10. Hwang K, Huan F, Hwang PJ. Diplopia and enophthalmos in blowout fractures. J Craniofac Surg. 2012 Jul;23(4):1077-82
  11. Caranci F, Cicala D, Cappabianca S, Briganti F, Brunese L, Fonio P. Orbital fractures: role of imaging. Semin Ultrasound CT MR. 2012 Oct;33(5):385-91
  12. McClenaghan FC, Ezra DG, Holmes SB. Mechanisms and management of vision loss following orbital and facial trauma. Curr Opin Ophthalmol. 2011 Sep;22(5):426-31
  13. Vassallo S, Hartstein M, Howard D, Stetz J. Traumatic retrobulbar hemorrhage: emergent decompression by lateral canthotomy and cantholysis. J Emerg Med. 2002 Apr;22(3):251-6
  14. Yadav K, Cowan E, Haukoos JS, et al. Derivation of a clinical risk score for traumatic orbital fracture. J Trauma Acute Care Surg. 2012 Nov;73(5):1313-8
  15. Ballard SR, Enzenauer RW, O'Donnell T, Fleming JC, Risk G, Waite AN. Emergency lateral canthotomy and cantholysis: a simple procedure to preserve vision from sight threatening orbital hemorrhage. J Spec Oper Med. 2009 Summer;9(3):26-32PDF
  16. He Y, Zhang Y, An JG. Correlation of types of orbital fracture and occurrence of enophthalmos. J Craniofac Surg. 2012 Jul;23(4):1050-3
  17. Popat H, Doyle PT, Davies SJ. Blindness following retrobulbar haemorrhage--it can be prevented. Br J Oral Maxillofac Surg. 2007 Mar;45(2):163-4
  18. Kubal WS. Imaging of orbital trauma. Radiographics. 2008 Oct;28(6):1729-39full-text
  19. Pinto A, Brunese L, Daniele S, et al. Role of computed tomography in the assessment of intraorbital foreign bodies. Semin Ultrasound CT MR. 2012 Oct;33(5):392-5
  20. Kim DJ, Francispragasam M, Docherty G, et al. Test Characteristics of Point of Care Ultrasound for the Diagnosis of Retinal Detachment in the Emergency Department. Acad Emerg Med. 2018 May 18 early online
  21. Theoret J, Sanz GE, Matero D, et al. The "guitar pick" sign: a novel sign of retrobulbar hemorrhage. CJEM. 2011 May;13(3):162-4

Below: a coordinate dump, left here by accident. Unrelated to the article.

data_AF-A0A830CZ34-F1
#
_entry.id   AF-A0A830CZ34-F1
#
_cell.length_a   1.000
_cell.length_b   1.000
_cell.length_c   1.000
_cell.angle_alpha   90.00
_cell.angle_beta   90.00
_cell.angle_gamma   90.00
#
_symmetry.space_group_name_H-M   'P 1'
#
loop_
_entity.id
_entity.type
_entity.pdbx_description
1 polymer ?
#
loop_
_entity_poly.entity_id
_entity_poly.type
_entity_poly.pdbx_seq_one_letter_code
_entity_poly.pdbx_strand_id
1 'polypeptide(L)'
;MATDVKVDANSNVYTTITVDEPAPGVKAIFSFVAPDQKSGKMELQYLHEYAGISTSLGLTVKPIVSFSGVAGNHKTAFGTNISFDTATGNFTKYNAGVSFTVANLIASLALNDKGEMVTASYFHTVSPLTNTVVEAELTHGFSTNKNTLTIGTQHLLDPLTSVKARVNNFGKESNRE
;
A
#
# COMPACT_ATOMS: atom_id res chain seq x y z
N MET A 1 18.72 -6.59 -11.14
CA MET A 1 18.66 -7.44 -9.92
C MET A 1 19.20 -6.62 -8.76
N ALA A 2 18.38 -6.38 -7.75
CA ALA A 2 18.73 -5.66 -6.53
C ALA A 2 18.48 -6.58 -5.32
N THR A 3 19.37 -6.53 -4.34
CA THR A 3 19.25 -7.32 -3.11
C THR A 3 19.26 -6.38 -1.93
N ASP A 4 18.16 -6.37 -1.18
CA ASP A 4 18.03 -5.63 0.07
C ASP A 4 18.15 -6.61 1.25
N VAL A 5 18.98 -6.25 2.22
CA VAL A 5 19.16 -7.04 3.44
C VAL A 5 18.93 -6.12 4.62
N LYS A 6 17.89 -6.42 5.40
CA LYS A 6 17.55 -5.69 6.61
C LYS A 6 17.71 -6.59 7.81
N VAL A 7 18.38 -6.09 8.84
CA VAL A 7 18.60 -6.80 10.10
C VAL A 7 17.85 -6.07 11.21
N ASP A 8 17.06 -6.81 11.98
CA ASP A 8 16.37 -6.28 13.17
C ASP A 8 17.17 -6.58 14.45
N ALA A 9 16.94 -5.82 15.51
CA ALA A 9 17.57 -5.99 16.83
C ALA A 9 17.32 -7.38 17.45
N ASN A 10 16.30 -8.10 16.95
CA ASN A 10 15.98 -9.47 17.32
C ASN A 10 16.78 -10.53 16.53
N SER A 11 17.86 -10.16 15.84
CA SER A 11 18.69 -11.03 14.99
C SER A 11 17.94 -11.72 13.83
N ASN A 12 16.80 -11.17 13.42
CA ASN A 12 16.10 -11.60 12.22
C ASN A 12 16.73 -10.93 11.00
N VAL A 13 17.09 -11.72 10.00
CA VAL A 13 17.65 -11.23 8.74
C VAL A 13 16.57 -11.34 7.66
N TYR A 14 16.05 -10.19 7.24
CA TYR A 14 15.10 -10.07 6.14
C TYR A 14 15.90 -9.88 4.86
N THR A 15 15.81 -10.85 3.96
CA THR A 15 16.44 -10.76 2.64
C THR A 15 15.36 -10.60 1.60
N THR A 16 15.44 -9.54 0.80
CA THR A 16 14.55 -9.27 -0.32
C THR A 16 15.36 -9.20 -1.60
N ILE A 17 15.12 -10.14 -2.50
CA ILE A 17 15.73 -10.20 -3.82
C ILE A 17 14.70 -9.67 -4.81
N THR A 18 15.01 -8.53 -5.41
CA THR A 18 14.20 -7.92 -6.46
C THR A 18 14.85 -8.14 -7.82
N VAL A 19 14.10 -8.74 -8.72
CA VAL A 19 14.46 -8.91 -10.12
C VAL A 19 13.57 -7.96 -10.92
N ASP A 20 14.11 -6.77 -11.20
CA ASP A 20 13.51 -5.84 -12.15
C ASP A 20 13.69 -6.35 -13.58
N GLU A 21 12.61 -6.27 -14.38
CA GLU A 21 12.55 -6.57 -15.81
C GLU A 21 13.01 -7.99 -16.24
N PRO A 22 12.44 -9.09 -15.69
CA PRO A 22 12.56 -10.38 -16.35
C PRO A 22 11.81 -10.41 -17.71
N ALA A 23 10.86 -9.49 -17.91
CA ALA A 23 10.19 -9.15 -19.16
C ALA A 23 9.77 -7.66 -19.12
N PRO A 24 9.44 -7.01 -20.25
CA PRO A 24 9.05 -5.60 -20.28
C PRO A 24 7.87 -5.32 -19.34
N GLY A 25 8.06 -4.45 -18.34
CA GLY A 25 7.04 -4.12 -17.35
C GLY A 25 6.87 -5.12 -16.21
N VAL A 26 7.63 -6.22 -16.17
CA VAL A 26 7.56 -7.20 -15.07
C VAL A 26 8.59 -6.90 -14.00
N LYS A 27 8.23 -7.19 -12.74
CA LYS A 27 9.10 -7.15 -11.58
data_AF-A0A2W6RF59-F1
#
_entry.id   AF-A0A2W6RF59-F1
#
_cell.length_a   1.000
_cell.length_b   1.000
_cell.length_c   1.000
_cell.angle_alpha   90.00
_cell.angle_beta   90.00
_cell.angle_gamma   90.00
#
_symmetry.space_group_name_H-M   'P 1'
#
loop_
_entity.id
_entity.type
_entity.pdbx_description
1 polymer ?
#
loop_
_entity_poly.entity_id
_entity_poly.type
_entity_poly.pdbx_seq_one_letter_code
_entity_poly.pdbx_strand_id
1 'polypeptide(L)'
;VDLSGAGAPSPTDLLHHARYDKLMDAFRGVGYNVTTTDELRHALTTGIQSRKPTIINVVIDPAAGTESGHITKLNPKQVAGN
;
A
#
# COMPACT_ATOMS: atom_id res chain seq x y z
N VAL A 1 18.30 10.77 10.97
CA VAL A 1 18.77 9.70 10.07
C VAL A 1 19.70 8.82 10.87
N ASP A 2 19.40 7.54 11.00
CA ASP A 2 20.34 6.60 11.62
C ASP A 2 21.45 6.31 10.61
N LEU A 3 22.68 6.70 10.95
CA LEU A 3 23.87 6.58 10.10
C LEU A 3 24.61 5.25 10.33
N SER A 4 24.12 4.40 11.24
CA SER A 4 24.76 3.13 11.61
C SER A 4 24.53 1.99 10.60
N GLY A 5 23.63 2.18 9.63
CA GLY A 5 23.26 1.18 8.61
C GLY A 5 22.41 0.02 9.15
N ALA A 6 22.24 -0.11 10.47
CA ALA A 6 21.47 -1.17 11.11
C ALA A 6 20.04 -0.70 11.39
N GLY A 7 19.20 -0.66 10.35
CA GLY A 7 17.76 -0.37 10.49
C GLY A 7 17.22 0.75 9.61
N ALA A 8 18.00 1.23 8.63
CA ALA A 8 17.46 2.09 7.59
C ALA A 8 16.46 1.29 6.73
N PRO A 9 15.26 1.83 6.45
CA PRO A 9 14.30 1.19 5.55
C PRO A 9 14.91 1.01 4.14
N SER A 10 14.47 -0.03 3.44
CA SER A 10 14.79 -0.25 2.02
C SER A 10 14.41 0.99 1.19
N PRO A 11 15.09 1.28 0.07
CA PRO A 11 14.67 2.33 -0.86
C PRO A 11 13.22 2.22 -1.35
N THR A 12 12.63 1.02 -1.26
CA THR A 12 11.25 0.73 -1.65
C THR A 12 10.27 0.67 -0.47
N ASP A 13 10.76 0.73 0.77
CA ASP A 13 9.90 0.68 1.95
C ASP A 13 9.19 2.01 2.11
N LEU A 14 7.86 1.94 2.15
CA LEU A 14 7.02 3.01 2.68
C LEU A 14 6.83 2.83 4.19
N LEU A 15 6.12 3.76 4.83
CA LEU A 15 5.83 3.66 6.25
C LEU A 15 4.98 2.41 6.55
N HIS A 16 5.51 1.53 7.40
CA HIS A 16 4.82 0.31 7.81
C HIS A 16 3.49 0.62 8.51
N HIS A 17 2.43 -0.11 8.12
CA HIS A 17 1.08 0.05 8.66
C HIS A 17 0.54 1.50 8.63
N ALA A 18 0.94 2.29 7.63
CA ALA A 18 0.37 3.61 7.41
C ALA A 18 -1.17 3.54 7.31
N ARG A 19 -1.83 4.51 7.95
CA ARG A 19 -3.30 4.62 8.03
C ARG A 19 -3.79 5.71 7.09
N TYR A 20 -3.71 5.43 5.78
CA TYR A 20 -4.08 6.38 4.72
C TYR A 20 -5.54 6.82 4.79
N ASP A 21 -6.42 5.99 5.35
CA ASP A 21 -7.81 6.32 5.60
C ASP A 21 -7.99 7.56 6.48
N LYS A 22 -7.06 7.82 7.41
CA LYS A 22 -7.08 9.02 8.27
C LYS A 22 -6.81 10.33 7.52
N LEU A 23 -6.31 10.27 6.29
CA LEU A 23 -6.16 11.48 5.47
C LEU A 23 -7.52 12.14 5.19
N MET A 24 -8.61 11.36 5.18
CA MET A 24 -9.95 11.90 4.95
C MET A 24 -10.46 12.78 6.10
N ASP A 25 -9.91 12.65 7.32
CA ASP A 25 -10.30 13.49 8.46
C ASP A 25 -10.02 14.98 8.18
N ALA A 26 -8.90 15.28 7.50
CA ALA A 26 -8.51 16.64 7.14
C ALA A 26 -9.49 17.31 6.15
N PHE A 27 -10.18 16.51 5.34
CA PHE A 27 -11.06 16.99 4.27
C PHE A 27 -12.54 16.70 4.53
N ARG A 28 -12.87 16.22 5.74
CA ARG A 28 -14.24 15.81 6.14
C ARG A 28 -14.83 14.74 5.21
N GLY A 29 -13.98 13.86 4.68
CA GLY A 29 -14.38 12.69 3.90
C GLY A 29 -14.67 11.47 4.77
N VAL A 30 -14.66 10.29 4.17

22. Fraser S. Corneal abrasion. Clin Ophthalmol. 2010 May 6;4:387-90

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How to cite

National Library of Medicine, or "Vancouver style" (International Committee of Medical Journal Editors):

  • DynaMed [Internet]. Ipswich (MA): EBSCO Information Services. 1995 - . Record No. T905749, Approach to Eye Trauma - Emergency Management; [updated 2018 Nov 30, cited place cited date here]. Available from https://www.dynamed.com/topics/dmp~AN~T905749. Registration and login required.

Published by EBSCO Information Services. Copyright © 2020, EBSCO Information Services. All rights reserved. No part of this may be reproduced or utilized in any form or by any means, electronic or mechanical, including photocopying, recording, or by any information storage and retrieval system, without permission.

EBSCO Information Services accepts no liability for advice or information given herein or errors/omissions in the text. It is merely intended as a general informational overview of the subject for the healthcare professional.